Who doesn't know the most popular red wine in Italy? Chianti belongs to the image of Italy like chocolate to Switzerland, the wines from Tuscany are the epitome of Italianità around the globe. Although famous, the reputation of Chianti Classico is unfortunately not always the best, many of the wines disappear in large mass bottlings.
The association of Chianti Classico producers, the Consorzio Gallo Nero, recognized the need for action and set about creating a new quality classification. For three years, those responsible had worked on a concept and introduced a three-tier model. Since then, the Gran Selezione designation has been at the top of the quality list. It is intended to bring radiant splendor to the famous growing region between Florence and Siena. Only wines from the best vineyards of a winery and according to strict rules and even stricter controls may bear this predicate. For example, the wines must remain in the cellar for at least 30 months, the minimum extract values are 26 grams per liter and the assignment of vineyards to the various categories is done before production.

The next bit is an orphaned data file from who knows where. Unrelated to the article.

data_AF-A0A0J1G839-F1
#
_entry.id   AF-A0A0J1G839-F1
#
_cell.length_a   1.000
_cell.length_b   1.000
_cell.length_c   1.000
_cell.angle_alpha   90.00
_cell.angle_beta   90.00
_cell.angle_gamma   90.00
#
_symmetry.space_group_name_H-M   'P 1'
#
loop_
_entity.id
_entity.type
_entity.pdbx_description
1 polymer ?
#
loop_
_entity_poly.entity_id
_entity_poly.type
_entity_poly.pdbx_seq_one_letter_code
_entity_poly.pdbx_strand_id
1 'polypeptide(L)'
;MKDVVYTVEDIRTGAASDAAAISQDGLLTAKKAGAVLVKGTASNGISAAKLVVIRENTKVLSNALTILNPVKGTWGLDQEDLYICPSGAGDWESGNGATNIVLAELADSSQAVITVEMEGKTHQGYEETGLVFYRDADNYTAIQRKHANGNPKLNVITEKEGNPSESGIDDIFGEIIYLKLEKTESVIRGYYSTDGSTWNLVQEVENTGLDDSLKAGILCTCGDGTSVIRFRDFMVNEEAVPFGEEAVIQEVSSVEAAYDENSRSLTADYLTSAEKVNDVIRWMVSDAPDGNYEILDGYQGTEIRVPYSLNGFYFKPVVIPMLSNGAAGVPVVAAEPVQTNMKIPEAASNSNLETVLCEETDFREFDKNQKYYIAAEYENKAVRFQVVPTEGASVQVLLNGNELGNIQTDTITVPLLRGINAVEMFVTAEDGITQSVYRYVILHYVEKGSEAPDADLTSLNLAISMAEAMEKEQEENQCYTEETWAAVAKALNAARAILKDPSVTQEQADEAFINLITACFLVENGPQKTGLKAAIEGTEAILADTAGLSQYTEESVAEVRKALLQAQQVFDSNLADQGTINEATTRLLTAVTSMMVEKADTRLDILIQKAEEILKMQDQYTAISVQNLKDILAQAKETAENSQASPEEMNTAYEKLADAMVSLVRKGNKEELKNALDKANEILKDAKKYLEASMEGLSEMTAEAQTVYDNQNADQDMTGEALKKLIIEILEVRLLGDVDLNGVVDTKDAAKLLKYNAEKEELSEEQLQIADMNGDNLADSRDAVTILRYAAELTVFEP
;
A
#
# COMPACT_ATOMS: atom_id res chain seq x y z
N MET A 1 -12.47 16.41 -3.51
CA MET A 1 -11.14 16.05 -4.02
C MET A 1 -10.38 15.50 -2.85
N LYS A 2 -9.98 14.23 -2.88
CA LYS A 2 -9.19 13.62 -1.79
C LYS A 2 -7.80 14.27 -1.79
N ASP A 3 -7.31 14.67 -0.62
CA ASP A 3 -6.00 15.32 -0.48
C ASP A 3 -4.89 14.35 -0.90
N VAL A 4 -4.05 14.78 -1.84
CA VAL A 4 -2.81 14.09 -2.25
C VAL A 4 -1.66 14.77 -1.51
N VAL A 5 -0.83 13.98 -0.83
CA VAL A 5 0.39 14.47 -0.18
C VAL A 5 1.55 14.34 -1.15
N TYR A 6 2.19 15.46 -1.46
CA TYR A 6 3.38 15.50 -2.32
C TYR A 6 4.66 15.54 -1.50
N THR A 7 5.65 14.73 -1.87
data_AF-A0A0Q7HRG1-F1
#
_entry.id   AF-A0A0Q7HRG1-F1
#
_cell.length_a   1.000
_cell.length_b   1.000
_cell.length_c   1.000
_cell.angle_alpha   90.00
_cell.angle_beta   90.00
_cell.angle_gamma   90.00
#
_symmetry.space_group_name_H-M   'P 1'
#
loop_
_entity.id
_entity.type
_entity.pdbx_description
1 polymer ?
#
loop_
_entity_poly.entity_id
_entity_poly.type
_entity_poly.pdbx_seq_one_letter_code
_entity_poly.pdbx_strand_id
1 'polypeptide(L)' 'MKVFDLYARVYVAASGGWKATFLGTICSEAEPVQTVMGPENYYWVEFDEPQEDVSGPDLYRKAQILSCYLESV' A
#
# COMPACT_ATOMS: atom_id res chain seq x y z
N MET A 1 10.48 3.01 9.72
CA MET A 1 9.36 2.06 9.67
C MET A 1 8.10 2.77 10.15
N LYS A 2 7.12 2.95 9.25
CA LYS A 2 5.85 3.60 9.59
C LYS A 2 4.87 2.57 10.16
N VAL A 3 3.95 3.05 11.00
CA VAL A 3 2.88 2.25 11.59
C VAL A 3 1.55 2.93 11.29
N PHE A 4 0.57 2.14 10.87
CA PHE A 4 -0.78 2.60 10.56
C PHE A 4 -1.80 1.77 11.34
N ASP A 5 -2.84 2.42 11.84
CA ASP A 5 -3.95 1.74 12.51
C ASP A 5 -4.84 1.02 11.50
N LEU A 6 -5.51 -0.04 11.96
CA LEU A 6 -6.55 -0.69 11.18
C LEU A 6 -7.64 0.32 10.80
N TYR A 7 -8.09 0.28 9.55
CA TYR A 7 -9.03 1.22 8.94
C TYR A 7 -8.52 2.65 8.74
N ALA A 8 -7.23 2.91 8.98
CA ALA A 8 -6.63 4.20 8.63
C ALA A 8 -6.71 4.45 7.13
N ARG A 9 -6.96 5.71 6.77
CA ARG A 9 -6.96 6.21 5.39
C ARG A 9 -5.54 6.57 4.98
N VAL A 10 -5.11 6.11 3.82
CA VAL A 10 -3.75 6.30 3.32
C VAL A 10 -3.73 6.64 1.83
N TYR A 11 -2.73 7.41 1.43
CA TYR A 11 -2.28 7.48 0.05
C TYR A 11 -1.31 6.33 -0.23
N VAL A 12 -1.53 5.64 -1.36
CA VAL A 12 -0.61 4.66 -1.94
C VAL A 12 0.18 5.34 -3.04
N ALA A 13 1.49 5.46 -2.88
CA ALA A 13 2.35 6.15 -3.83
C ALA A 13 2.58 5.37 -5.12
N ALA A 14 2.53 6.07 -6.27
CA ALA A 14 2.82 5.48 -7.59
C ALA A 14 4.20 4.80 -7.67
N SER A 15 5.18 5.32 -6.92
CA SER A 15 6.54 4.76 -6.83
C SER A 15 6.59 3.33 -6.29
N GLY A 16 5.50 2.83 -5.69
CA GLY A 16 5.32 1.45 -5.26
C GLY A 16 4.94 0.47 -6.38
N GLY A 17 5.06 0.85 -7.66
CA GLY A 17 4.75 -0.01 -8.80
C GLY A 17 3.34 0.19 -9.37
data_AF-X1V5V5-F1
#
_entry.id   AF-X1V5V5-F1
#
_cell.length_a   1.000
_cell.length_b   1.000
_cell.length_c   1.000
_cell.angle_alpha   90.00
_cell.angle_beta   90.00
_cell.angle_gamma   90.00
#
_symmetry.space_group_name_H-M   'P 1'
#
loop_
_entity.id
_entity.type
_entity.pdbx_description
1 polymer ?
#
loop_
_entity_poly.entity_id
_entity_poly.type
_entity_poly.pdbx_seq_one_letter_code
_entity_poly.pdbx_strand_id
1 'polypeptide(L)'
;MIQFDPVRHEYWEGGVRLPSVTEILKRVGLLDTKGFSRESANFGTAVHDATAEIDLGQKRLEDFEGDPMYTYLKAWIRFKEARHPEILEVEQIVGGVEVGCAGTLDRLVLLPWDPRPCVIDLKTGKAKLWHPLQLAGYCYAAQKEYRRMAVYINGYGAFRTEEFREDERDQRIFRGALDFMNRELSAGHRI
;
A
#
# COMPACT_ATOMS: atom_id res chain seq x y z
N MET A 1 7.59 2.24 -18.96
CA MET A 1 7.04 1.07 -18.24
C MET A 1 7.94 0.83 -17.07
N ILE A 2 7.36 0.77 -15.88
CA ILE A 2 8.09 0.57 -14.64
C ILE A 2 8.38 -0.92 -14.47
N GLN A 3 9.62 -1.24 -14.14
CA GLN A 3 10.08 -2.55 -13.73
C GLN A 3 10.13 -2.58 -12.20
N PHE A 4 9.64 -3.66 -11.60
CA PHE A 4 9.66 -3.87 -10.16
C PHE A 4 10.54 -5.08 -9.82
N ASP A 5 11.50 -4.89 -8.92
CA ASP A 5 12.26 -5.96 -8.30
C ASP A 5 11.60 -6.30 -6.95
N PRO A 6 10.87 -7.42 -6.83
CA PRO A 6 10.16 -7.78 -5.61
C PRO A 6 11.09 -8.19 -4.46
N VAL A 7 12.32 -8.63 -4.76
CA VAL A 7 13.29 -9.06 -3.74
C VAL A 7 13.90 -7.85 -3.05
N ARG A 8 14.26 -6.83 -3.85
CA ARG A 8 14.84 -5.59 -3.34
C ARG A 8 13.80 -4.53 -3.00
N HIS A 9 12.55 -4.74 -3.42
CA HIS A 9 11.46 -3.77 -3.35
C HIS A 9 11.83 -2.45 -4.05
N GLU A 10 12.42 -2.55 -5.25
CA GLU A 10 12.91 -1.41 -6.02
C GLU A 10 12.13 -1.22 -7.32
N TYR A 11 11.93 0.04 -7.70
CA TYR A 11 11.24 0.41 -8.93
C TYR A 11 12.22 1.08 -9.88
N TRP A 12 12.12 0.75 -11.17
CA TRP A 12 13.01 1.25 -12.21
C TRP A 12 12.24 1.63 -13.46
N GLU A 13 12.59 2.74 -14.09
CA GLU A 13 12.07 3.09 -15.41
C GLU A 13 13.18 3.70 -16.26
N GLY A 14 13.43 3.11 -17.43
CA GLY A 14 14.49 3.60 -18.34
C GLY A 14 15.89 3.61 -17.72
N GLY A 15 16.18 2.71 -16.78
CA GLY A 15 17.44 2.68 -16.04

The differences with the next level, Riserva, are minimal in these criteria. Here the storage period before sale is 24 months and the extract values are 25 grams per liter.
The base wine Chianti Classico, the main part of the production, is called Annata, vintage wine, and makes up the lowest level.
For all categories, the rule is that the wines must be made from 80 percent Sangiovese grapes. So far, so good. The most striking feature in the new certification is thus the selection of the best vineyards.